In early 2021, photographer Matthew Brookes traveled from South Africa to Los Angeles’s famed Venice Beach and was quickly entranced by the scene’s wildly diverse cultural scene. “I was fascinated by the locals – skaters, surfers, musicians, hippies,” he says. “You see every type of character on the planet but everyone seems to just do their thing without judgment.”
While making photographs, Brookes connected with a surfer who earned enough money at his part-time job shaping surfboards to travel freely up and down the California coast in search of the perfect wave. “I noticed he had a crazy van filled with surfboards, skateboards, and a mattress with bedding,” he says. “I asked if he traveled in his van and he said, ‘I live out of it!’”
Intrigued, Brookes took some photos then asked if he had any friends who had escaped the pressures of a 9-to-5, rent-driven existence. The surfer told Brookes yes, Venice was full of them, and proceeded to make introductions to his fellow nomads.
From this initial encounter, Brookes embarked on a six-month journey, traveling between Malibu and San Diego to document California’s legendary surf scene for the new book, Into the Wild (Damiani). A mesmerising portrait of freedom, nature, and sport that combines photographs and interviews by journalist Zack Raffin, the book offers a look inside a mythic slice of American life.
“These kids seem to live for the waves and their lives are super transient,” Brookes says. “It was fascinating to hear about how they love to wake up next to a different beach each day, saying it was like living in free real estate with the perfect view.”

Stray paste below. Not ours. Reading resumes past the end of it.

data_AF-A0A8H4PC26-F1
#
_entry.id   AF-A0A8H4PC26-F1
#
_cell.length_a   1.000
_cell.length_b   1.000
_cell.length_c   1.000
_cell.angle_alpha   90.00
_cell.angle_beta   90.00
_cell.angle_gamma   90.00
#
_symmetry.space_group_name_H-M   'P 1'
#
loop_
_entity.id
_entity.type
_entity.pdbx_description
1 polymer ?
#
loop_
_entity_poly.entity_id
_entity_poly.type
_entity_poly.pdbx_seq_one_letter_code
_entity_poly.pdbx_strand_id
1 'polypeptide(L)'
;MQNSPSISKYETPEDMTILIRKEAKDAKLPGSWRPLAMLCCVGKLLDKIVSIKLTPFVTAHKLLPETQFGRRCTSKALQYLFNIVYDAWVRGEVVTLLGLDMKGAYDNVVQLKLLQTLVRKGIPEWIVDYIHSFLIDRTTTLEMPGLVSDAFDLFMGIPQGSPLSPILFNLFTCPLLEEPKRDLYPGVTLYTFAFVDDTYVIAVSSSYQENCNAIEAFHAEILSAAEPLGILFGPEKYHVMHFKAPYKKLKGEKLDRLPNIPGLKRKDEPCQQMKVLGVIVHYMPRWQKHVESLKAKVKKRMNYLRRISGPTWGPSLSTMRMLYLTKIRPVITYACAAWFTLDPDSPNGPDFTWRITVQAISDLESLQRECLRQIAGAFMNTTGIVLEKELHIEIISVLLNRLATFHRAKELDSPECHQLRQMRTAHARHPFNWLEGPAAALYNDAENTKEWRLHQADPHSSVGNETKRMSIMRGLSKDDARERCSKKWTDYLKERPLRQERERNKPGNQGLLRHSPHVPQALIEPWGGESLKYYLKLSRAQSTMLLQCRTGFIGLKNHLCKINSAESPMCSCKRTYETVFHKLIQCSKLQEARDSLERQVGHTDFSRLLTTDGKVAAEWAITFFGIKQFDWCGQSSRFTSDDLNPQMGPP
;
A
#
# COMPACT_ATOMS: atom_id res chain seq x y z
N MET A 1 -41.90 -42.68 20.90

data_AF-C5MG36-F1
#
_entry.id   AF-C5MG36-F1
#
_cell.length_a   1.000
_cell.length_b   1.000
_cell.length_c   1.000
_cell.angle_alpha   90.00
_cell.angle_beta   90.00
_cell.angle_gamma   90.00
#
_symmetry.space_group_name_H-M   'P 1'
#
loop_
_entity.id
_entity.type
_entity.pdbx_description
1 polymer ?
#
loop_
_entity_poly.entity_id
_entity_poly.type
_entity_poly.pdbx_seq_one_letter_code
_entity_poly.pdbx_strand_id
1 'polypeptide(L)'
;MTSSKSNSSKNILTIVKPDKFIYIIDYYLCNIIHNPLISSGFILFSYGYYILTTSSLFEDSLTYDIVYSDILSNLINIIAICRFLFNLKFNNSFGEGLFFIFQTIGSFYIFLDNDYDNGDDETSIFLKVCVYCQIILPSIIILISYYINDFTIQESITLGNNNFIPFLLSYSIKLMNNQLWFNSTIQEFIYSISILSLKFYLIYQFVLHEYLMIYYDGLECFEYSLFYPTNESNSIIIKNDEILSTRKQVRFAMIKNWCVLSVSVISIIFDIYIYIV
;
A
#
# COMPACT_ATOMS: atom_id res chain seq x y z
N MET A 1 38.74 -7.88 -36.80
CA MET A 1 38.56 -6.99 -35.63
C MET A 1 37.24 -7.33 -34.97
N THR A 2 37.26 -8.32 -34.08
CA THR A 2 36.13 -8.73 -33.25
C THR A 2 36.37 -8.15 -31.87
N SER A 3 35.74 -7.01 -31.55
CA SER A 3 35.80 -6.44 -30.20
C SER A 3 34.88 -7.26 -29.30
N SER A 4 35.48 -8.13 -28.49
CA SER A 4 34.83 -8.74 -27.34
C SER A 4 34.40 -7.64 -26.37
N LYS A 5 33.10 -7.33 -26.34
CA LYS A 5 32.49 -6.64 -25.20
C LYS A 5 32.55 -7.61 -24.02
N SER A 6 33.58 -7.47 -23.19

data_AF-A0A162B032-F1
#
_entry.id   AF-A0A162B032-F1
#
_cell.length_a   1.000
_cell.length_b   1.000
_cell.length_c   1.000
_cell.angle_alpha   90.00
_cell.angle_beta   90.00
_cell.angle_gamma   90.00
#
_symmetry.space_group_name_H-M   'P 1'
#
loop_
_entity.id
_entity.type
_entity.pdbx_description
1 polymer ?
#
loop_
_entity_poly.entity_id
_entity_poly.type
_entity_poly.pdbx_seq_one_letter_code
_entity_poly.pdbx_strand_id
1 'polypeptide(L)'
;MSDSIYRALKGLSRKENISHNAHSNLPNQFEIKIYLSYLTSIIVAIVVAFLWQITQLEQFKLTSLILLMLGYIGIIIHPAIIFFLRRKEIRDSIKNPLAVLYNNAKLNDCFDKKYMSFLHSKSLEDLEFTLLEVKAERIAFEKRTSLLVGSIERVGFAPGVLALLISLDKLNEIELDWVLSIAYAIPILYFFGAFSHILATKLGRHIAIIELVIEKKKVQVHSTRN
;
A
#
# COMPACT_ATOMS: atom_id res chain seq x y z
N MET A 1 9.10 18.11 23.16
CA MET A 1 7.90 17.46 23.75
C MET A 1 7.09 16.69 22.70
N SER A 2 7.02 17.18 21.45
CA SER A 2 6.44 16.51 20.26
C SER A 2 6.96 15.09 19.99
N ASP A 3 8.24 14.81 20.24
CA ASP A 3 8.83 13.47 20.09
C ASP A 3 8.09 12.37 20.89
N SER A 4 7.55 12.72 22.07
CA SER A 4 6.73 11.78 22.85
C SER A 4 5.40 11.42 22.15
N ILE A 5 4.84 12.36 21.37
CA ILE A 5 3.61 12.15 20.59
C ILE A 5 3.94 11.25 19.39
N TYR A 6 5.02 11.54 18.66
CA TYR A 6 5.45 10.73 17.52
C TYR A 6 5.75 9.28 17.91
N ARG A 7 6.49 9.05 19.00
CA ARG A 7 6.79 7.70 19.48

Surfing first became popularised in American movies and magazines of the 1960s and has only grown since, with a booming industry now surrounding it. However, the sport still continues to draw free-spirited people who prefer to live on their own terms, without being tied down by the weight of real estate, consumerism, or capitalist norms.
“There is a real sense of community between the surfer van nomads but at the same time they are very independent of each other and often shy loners,” Brookes reveals. “They are like a little traveling family, bumping into each other along the road.”
Surfers arrive at their destination, camp out overnight, and wake up to the best waves come at dawn, when the beaches are empty and the wind is low. They follow the ever-changing tides of the ocean, and live in harmony with the earth.
“First and foremost in their hearts is a deep love and respect for the ocean. It’s always about chasing the best waves and not the fame and glory behind that. One of the surfers in the book, Kandai, from Japan, told me: ‘Surfing is the way I talk to the ocean,’” Brookes says.
“What struck me most about the young people were how happy they were. They seemed to shine with an inner peace. I asked them about it and one common answer kept coming up: ‘we go with the flow’ is their secret motto.”